Might be worth doing for your own church.

Putting in my new chair meant moving an old one aside. Helen teased me about ashes as we vacuumed where my old chair had been sitting for years.

Seems that knocking out my pipe, I occasionally may have spilled a few ashes on the floor beneath my chair.

Helen said that if we poured plaster in those ashes we could get a perfect casting of my body—like that poor dog and those people at Pompeii in the ashes of Vesuvius.

Pompeii body

• Please, visit my website for more www.cowart.info and feel free to look over and buy one of my books www.bluefishbooks.info, posted by John Cowart. Or contact John at johnwcowart (at) gmail (dot) com.

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An Odd Dream ABout Pain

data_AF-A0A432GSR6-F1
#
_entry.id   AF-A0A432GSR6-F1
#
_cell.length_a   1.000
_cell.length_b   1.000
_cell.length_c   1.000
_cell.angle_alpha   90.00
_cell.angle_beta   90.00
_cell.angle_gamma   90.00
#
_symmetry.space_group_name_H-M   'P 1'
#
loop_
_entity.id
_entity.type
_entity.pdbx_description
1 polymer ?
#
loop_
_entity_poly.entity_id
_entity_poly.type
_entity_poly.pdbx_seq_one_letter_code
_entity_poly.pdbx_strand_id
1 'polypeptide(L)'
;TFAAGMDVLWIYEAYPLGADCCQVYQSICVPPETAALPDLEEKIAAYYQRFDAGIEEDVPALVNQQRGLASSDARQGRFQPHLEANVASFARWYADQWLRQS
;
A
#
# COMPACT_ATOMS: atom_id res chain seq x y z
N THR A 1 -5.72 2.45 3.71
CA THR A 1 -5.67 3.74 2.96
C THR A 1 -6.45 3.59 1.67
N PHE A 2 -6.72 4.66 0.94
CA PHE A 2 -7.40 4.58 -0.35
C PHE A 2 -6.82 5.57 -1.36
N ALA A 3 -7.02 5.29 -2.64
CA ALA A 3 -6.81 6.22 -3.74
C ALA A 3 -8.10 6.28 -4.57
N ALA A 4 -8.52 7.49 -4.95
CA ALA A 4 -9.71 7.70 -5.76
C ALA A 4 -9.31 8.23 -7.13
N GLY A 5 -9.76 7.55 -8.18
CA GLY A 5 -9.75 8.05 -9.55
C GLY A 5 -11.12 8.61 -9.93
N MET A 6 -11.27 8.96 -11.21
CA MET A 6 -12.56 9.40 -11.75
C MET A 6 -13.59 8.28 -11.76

Sunday, July 6, 2014

Last night I dreamed an odd dream:

For some reason I was in a dentist’s office. I talked with the man about how happy Ginny and I had been and about loosing her.

And he said, “I’m a dentist, but never before have I seen such pain. I did not know that much pain existed in the universe”.

This puzzled me because I wasn’t aware of being in any pain.

As I began writing the dentist a check, he refused to take it saying he could not accept any payment from me.

I think he may have been crying.

Then I woke.

What does this odd dream mean? Or does it have any meaning?

According to Charles Dickens, Ebeneezer Scrouge attributed his vision of Marley’s ghost to an underdone potato or a bit of undigested beef.

I suspect Scrouge knew what he was talking about… nevertheless, my dream seems altogether too vivid to write off as meaningless.

In the Bible’s Old Testament, Joseph foresaw his coat of many colors and he interpreted the dream of Pharaoh.

Daniel told the king of Babylon what his dream meant and Bible scholars have puzzled for centuries over the Book Of Daniel.

And one of the Prophets, I forget which one, said a day would come when your young men shall see visions and your old men shall dream dreams (Does my dozing off in church count for that one?)